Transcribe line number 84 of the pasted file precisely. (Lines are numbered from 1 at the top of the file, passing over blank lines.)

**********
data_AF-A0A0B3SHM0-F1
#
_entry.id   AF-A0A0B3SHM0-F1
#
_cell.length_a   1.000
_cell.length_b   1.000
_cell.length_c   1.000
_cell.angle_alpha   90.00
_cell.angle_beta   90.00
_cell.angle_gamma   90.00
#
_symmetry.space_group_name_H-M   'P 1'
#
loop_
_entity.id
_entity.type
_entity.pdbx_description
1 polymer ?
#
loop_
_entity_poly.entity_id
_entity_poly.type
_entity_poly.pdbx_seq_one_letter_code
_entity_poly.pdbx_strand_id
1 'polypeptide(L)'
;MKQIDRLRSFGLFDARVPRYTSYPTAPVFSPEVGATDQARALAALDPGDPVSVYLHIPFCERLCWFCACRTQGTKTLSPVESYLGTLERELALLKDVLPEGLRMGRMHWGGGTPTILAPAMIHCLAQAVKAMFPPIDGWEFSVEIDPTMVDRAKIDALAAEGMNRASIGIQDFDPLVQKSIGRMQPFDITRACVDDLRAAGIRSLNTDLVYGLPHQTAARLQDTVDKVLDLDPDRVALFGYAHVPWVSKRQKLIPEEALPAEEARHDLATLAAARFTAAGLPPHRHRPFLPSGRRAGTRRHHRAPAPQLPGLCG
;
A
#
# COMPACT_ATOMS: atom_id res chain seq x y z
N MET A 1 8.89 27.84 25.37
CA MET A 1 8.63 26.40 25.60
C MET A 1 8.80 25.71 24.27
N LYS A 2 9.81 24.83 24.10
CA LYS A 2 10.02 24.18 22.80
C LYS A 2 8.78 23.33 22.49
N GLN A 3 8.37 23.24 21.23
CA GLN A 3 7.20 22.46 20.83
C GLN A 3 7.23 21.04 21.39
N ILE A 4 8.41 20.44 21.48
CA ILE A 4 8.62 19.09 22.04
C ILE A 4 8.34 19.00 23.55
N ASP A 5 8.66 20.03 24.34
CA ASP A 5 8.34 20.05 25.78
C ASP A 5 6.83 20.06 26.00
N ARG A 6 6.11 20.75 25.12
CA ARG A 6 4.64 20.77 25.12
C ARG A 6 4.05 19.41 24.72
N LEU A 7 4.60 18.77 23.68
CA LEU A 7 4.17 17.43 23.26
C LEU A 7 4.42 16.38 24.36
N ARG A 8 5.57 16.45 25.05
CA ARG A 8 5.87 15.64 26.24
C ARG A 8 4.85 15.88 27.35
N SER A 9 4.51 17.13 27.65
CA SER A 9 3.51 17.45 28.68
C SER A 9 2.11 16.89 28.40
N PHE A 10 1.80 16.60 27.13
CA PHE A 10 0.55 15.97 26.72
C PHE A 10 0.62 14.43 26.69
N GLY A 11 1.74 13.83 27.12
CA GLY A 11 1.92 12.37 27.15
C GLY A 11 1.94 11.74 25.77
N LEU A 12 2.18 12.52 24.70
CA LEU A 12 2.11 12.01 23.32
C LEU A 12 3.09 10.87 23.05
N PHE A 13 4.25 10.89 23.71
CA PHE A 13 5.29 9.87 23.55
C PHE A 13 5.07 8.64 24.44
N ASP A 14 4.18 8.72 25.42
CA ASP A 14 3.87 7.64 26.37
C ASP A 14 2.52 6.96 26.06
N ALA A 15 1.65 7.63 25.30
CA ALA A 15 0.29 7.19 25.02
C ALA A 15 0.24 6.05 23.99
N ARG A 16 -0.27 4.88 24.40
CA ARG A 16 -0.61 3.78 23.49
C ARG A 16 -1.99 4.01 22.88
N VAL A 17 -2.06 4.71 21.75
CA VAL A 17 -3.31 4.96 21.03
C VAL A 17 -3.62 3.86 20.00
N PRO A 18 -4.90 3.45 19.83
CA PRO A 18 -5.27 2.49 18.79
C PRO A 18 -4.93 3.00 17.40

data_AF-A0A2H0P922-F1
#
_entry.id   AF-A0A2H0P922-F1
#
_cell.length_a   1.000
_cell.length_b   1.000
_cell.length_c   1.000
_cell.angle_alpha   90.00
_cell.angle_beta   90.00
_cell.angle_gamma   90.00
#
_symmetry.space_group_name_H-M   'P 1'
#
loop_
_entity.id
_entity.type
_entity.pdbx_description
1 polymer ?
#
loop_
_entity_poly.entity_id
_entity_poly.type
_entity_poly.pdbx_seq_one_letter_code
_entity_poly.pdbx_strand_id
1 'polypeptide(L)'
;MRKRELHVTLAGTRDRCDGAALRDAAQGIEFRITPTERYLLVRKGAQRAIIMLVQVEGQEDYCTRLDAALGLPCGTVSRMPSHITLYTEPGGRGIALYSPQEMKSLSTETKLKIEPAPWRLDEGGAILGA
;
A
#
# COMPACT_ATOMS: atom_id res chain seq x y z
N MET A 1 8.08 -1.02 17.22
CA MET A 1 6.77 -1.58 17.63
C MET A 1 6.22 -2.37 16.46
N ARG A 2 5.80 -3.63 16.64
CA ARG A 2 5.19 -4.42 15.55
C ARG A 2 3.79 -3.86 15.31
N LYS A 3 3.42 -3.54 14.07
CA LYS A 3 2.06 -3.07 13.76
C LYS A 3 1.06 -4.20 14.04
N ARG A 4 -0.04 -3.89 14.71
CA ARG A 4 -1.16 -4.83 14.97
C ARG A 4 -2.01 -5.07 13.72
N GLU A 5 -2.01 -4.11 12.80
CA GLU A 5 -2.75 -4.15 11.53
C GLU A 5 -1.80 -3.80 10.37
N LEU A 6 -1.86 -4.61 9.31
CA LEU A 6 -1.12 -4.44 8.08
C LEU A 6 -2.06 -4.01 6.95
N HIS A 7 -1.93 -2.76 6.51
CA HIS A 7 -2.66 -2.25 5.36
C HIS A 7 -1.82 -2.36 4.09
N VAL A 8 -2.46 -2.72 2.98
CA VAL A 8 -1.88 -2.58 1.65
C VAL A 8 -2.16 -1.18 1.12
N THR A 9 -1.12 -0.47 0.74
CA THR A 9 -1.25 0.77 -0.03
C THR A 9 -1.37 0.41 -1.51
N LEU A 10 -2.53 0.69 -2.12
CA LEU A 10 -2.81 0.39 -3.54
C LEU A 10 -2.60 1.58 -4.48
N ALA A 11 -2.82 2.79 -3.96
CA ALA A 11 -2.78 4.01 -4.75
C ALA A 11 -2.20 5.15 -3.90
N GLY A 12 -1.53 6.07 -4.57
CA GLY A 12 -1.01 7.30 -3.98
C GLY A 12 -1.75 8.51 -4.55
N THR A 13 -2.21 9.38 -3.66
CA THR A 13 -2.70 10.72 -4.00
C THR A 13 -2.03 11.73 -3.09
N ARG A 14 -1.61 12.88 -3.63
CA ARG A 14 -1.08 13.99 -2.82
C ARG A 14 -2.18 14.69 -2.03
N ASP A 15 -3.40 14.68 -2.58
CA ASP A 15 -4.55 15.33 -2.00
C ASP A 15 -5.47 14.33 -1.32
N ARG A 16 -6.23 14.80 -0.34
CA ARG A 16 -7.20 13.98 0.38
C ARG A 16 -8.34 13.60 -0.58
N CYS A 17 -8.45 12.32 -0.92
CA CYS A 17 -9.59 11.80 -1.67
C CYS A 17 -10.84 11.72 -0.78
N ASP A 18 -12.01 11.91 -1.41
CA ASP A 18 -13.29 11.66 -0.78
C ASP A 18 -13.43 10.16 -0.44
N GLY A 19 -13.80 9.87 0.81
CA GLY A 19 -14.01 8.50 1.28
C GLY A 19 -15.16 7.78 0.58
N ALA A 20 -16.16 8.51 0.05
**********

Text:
C PRO A 18 -4.93 3.00 17.40